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The Troubleshooting List Expand / Collapse
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Posted Friday, August 24, 2007 2:17 PM
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Comments posted here are about the content posted at http://www.sqlservercentral.com/columnists/awarren/3211.asp

Andy
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Post #393787
Posted Wednesday, October 3, 2007 2:36 AM
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Ill add an extra point :)

#Get to know your general IT support structure you don't control
Over the years ive been databasing, ive got to know how our IT support works here (and more importantly common problems that seem to re-occur). Knowing the really good guys (and building those working relationships that let you bypass red tape), and knowing the `holes` in support.

For me it helps prioritise my first trouble shooting steps, especially for those trickier things. e.g. We had an access gui that connected over odbc to an sql server. All was fine for months - then some new machines were installed. Some processes in the front end that were normally instant suddenly took minutes. Spent all sorts of time profiling this, checking that. Turned out to be missing DNS entries for the sql server were causing the problem! Now when I see slow connections to a newly set up sql server, its the first thing I check. It has happened again!

martin :)
Post #406077
Posted Wednesday, October 3, 2007 5:52 AM
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Worst performance problem:

Developers not understanding transaction isolation levels.

My specific worst performance problem: Developers not understanding what is going on behind the scenes of a 5th GL that was used to write several applications. An upgrade of one of these applications caused the first read (or query but they were always reads before updates later) executed to start an implicit transaction in serializable isolation mode. This was a little detrimental to performance. A user would run an report or just a view to look at something and lock everything in it's path, then would go on to do other things and continue locking until they eventually did an update which released the locks -- until it all started over again. System was brought to it's knees -- actually it was laid flat out. The software change was tested in depth with one user doing all the testing sequentially. No load testing at all. No verifying what the software was doing under the covers with transactions.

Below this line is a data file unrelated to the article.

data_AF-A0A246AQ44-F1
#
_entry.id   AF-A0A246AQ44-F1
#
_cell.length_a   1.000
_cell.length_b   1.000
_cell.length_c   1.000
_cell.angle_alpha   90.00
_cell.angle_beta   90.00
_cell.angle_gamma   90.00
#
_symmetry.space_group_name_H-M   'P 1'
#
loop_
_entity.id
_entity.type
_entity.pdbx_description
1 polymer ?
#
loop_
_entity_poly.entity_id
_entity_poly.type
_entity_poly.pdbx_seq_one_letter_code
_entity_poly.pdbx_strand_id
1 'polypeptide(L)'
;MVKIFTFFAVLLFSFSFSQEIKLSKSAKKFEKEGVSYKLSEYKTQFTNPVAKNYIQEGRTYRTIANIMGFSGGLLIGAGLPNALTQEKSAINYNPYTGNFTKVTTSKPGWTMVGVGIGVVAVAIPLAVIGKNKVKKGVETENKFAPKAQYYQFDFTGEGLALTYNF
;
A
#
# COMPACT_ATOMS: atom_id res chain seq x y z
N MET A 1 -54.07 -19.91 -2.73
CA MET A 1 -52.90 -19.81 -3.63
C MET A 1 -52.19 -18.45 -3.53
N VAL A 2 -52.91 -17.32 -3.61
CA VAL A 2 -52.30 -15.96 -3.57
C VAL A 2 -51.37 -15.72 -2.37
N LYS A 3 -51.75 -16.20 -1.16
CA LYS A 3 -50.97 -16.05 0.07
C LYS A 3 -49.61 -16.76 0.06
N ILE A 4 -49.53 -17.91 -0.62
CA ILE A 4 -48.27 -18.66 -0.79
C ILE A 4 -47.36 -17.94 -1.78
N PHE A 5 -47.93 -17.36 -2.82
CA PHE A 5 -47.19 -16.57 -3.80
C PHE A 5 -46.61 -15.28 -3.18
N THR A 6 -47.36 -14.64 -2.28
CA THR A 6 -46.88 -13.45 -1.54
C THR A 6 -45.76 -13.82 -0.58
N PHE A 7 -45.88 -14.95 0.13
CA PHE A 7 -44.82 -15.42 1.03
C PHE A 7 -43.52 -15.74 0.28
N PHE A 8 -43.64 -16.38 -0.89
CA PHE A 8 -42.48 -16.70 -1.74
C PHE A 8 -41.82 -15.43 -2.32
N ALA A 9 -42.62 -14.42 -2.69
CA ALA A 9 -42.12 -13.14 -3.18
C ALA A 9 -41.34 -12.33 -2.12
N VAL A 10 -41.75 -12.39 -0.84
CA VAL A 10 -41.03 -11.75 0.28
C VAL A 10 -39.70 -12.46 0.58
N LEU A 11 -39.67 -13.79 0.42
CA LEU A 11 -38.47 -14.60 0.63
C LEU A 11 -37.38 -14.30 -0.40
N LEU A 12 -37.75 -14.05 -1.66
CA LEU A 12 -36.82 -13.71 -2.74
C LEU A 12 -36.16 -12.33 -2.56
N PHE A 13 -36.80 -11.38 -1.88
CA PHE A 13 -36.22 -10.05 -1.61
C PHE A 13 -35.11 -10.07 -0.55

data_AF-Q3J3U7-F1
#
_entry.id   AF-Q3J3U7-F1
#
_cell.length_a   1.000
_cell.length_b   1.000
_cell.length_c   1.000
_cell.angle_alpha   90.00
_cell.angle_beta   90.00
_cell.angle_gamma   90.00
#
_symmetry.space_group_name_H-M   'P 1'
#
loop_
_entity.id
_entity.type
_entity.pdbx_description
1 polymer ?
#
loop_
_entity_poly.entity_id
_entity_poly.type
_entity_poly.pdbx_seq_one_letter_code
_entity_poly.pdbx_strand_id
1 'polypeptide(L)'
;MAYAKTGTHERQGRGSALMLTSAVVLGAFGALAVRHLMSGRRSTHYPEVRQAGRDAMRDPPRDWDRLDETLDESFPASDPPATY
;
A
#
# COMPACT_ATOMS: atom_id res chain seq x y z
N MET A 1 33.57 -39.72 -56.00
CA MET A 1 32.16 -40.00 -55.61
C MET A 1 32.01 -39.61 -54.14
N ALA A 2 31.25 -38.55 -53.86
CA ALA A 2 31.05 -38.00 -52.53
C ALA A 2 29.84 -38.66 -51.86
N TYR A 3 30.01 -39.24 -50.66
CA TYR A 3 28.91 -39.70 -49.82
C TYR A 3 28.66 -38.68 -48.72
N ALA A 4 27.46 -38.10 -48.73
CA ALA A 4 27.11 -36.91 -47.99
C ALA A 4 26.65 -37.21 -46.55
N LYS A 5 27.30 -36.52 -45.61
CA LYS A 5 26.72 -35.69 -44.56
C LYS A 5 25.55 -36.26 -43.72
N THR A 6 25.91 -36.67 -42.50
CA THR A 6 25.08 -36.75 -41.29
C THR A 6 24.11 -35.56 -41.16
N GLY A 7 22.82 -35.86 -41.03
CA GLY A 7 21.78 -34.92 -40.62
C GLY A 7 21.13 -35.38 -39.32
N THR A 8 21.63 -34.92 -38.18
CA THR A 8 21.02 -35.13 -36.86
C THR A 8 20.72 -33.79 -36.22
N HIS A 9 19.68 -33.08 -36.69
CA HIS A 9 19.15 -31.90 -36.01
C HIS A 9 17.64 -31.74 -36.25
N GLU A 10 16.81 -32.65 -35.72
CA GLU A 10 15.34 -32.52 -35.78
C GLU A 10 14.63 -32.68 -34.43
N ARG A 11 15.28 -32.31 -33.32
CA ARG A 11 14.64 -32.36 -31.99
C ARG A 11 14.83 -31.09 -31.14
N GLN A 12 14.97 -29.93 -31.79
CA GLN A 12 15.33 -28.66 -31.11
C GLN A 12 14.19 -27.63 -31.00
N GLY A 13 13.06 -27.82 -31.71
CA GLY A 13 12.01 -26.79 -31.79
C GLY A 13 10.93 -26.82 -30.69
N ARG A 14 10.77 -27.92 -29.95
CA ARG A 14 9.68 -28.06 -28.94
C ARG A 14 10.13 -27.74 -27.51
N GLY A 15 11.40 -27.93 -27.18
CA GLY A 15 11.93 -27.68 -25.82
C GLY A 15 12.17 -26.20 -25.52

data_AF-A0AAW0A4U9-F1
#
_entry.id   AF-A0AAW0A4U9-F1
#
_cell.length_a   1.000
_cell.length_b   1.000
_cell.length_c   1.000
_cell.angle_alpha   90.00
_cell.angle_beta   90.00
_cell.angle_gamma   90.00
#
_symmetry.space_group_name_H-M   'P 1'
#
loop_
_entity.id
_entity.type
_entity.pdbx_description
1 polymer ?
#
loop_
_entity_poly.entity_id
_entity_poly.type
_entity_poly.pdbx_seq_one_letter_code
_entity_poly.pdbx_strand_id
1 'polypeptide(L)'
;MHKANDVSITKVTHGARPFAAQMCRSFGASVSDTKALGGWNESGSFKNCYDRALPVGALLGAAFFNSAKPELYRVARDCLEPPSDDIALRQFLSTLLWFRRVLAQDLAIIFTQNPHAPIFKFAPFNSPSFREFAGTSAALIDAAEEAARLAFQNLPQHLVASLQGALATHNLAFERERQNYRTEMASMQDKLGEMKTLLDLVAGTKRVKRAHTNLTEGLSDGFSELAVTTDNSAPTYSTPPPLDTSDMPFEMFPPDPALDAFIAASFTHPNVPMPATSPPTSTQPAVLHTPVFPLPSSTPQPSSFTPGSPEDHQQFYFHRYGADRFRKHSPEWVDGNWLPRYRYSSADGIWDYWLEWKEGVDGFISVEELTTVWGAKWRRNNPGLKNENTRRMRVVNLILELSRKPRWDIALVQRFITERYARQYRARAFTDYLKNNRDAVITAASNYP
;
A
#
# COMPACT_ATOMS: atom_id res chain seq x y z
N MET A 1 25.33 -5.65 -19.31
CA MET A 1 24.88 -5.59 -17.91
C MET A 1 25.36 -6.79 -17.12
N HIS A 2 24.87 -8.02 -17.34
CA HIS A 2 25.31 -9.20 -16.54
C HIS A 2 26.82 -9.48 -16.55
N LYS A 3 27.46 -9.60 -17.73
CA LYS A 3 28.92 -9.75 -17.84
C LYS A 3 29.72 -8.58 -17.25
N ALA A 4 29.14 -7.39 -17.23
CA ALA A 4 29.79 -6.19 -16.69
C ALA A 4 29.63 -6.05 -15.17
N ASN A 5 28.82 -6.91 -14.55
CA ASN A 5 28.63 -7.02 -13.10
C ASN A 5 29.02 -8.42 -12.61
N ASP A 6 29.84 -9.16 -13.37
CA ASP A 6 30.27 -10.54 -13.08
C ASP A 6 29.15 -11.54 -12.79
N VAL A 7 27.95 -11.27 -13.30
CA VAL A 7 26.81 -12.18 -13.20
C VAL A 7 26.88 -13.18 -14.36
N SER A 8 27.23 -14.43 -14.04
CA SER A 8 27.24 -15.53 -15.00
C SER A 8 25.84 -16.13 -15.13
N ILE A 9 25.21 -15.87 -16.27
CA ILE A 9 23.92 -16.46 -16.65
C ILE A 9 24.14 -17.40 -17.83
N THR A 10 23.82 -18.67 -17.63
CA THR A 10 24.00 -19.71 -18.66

Post #406132
Posted Wednesday, October 3, 2007 9:13 AM
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Blocking is consistantly the biggest problem for us, too. I've written a small application that, every two minutes, checks for blocking on our main sql server. When detected it waits for 15 seconds then checks again. If the same spid(s) is still blocking the app emails me the details about every processid that is blocking or being blocked, including duration, the command being issued, hostname, program, login, etc.

This has allowed us to be extremely proactive in troubleshooting blocking issues. Its funny when we do determine who is running the process that's blocking, call them and suggest something is wrong. "How'd you know?!?!"
Post #406256
Posted Wednesday, October 3, 2007 9:34 AM
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I did the same. I wrote sql sp and added it as SQL JOB to log into table all lockings/blockings holding more than some criteria(logging blocking/locked required resource,type of lock,cmds,duration,application,user,etc.). If it continues more than normal time script sent error on email. This helped a lot in troubleshooting applications, especially new ones. You could kill process and then analyze the log on problem cause.
Post #406272
Posted Wednesday, October 3, 2007 10:12 AM


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I agree with checking for blocking first, but I'm surprised that two of the most fundamental things aren't even listed: check the SQL log for unreported errors and check the server performance counters for any current bottlenecks.